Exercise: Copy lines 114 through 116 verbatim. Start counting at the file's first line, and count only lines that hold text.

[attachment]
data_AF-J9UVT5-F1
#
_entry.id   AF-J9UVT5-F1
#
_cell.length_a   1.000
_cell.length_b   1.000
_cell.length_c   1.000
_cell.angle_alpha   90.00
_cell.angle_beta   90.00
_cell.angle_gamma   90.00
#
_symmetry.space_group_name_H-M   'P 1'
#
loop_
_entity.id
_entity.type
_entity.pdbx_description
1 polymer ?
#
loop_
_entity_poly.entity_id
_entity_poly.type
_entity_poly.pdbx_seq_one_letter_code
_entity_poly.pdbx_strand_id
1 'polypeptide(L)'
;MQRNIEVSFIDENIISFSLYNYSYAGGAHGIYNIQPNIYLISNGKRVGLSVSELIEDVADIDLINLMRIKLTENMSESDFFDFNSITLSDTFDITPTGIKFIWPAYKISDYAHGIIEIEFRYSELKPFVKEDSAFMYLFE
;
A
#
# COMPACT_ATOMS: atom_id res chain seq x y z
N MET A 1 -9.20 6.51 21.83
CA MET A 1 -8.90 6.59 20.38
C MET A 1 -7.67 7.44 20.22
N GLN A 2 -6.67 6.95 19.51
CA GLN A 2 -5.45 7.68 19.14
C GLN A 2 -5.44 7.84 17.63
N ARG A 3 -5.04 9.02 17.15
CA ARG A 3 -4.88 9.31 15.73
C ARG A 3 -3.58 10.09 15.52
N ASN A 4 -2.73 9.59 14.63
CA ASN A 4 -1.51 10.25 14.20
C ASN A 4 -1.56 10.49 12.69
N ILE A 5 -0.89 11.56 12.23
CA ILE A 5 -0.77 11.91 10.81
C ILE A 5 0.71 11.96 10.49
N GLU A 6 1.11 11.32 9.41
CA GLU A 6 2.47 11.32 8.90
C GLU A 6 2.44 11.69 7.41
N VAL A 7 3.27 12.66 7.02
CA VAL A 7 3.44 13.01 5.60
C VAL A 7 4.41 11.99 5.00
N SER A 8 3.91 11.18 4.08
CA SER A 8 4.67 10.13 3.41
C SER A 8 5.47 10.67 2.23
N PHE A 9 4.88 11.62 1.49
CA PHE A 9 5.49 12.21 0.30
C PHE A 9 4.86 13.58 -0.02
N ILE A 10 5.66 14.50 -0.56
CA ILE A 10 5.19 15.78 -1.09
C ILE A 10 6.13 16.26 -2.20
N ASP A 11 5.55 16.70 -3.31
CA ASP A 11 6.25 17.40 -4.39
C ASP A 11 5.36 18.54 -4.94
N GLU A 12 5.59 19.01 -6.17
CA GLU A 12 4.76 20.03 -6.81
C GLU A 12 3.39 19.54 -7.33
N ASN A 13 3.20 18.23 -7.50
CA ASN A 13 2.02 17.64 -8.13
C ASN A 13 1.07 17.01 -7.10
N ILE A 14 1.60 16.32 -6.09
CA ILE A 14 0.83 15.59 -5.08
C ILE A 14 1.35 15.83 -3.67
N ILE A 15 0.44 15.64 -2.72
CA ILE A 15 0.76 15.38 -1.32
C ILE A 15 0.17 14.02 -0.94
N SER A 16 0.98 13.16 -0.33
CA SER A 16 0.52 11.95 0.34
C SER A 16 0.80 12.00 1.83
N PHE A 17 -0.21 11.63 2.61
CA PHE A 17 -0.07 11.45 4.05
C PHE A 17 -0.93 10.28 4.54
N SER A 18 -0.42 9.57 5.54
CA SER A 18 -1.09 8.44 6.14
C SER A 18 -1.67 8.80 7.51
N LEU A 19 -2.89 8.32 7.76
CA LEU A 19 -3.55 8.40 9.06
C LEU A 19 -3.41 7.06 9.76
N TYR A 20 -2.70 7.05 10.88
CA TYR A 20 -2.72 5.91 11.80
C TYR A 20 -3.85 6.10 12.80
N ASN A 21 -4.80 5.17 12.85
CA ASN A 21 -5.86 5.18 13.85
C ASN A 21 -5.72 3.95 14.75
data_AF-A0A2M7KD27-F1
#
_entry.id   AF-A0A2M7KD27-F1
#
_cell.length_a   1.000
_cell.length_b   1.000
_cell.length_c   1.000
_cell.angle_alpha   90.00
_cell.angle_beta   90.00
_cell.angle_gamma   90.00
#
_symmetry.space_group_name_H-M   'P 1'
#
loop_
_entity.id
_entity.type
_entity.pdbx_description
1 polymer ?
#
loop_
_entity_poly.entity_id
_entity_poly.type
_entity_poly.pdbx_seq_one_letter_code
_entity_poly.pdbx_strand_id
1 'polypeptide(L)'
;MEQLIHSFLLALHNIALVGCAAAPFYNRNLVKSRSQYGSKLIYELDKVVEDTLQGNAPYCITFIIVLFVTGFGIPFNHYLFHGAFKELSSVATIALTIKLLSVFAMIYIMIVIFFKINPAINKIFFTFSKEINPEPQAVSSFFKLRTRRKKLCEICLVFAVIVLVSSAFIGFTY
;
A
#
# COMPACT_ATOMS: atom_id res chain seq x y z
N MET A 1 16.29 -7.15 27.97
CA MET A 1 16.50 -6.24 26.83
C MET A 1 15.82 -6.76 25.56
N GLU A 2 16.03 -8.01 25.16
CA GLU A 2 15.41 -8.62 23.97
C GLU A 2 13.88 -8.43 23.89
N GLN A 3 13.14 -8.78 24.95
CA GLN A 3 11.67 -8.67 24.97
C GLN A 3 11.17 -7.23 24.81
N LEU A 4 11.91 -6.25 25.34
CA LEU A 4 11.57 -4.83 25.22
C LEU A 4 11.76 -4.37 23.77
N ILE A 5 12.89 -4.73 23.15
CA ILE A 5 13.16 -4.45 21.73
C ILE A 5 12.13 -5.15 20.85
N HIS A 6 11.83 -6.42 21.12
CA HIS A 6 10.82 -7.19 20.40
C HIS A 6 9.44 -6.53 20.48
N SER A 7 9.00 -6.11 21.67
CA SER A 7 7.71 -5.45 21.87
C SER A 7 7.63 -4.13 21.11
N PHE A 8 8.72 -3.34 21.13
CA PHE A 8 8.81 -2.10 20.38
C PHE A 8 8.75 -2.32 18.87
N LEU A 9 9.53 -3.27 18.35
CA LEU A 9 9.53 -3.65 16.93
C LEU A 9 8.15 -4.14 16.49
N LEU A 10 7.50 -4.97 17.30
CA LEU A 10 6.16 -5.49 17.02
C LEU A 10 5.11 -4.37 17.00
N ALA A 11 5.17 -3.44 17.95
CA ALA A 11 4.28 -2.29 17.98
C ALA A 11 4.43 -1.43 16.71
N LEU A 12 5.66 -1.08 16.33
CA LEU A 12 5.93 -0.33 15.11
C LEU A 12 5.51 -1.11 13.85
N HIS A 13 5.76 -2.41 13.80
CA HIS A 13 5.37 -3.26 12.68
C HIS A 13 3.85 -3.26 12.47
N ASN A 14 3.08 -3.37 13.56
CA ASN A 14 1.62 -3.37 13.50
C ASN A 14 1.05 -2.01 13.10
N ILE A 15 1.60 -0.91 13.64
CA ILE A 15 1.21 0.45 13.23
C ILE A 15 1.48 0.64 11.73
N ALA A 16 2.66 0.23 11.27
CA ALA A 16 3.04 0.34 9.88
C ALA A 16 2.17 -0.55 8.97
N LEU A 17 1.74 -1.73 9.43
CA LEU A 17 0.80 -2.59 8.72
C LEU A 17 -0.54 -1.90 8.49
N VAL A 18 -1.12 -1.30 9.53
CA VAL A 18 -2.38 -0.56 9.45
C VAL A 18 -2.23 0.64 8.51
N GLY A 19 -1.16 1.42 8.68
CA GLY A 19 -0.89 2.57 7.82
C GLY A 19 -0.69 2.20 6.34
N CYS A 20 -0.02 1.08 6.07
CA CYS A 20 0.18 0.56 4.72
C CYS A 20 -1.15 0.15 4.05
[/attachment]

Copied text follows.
_entity_poly.entity_id
_entity_poly.type
_entity_poly.pdbx_seq_one_letter_code